Honoring Conservation across Generations at “Our Shared Future”
By Deborah Kidd
Emerging leaders in business, science, and society will share the inspiration that spurs action.
Commitment is an essential element of conservation strategies—an understanding that protecting nature today means making a promise to the future. Success in restoring our natural world often unfolds across centuries, reflecting years of migrations and multiple lifespans. Connections across society’s sectors that have a stake in our planet’s health also take time to nurture and grow.
In this spirit, the E. O. Wilson Biodiversity Foundation and the Smithsonian Institute present “Our Shared Future – Conversations in celebration of Half-Earth Day 2022” on October 13 in Washington, D.C. The conference will welcome speakers from diverse sectors and perspectives to discuss how we can restore and protect biodiversity worldwide.
We invite you to join the discussion at “Our Shared Future – Conversations in celebration of Half-Earth Day 2022.” The public event will be held October 13 at the National Museum of Natural History in Washington, D.C in the Baird Auditorium, from 12 pm to 5:30 pm. These vital conversations will go global as we share them online to mark Half-Earth Day 2022 on October 22
Several speakers will highlight the intersection between people and nature, including a panel featuring emerging leaders who represent the next generation of biodiversity solutions. Scientist Noriña Vicente will share her work documenting species in Mozambique’s Gorongosa National Park. Her journey to uncover her homeland’s biodiversity began with a spark of inspiration during her childhood, when she saw two women conducting research in the bush in a documentary. “They were in the park, studying the behavior of lions,” Vicente remembered. “I thought, oh wow, there are women studying this!” When she became an intern at Gorongosa Park years later, she met the same women and, “I ran to them! I told them, ‘I love the work that you do, and I think it’s really important.”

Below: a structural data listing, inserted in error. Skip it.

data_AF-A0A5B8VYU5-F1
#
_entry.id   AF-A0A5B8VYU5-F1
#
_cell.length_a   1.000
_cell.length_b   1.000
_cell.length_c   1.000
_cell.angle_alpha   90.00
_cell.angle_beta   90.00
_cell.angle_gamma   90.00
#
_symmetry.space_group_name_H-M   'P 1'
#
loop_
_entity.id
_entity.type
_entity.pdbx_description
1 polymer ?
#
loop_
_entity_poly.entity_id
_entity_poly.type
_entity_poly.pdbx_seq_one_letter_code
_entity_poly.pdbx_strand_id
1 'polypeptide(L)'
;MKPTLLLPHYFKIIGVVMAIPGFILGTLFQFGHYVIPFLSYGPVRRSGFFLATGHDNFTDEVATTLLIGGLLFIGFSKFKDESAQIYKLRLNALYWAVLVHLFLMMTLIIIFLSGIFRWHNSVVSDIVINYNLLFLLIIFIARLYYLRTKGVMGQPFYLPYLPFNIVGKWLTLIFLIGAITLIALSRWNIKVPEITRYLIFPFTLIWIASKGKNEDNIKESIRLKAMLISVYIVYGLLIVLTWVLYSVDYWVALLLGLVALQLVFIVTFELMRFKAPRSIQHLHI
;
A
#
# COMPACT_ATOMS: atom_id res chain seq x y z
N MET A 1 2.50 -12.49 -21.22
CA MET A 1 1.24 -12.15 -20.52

As a Half-Earth Scholar, Vicente is pursuing a master’s degree in integrative biology at San Francisco State University. But she has been researching biodiversity for several years in Gorongosa. With rainforests, savannas, and wetlands, this patch of the planet is biologically unique. Scientists are still finding new species, but many are already vulnerable even as they are discovered. Vicente managed the zoology specimens at the park’s E.O. Wilson Biodiversity Laboratory, which has discovered more than 100 new species. She specialized her studies on ants—inspired by Wilson’s lifelong work on these important insects.
“They are smallest in size, but gigantic in terms of ecosystem services,” Vicente explained. “Because they are tiny, people misinterpret them. But they are helping to clean the ecosystem, degrade organic matter, and fertilize soils. And they do that for free! We need to look at them in a different way.” Through her research—and her camera lens—Vicente offers a fresh perspective .
As organisms rely on one another within ecosystems, humans rely on healthy ecosystems across our planet. Ants in the forests of Mozambique may seem distant from daily concerns. But their behaviors and habitats reflect the health of the environment around them, upon which humans rely for food, jobs, wellbeing, and safety. “Everything is connected,” Vicente said.